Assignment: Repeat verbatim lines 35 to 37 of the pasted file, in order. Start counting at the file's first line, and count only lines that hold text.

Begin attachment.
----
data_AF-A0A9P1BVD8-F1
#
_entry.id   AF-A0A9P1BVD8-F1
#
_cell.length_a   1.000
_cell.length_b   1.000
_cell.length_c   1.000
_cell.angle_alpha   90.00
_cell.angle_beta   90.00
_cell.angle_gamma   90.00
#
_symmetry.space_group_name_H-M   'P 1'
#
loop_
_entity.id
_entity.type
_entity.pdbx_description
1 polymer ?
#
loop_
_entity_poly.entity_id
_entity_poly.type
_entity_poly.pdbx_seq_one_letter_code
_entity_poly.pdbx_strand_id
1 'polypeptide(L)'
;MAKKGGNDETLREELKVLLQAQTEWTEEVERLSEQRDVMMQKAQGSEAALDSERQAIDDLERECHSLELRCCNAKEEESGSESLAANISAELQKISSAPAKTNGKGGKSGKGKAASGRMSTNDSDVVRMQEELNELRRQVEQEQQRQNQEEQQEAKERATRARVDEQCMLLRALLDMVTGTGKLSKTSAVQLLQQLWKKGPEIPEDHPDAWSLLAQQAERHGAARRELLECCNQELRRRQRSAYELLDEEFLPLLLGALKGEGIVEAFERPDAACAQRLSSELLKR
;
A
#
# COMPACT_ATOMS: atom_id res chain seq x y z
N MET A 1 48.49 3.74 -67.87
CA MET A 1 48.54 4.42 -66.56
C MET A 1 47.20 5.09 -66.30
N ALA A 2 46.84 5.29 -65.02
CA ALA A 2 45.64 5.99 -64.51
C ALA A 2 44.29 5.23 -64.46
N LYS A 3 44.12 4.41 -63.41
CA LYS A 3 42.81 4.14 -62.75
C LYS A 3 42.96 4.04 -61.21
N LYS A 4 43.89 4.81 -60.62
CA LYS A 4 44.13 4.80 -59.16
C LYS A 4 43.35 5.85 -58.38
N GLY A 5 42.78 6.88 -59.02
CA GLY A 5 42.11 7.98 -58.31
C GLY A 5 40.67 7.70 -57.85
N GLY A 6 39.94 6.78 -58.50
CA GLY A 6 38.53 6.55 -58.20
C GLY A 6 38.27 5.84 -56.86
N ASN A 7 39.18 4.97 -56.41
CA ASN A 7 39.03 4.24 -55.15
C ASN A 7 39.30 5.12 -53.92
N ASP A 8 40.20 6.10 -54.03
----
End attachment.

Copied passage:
CA ALA A 2 45.64 5.99 -64.51
C ALA A 2 44.29 5.23 -64.46
N LYS A 3 44.12 4.41 -63.41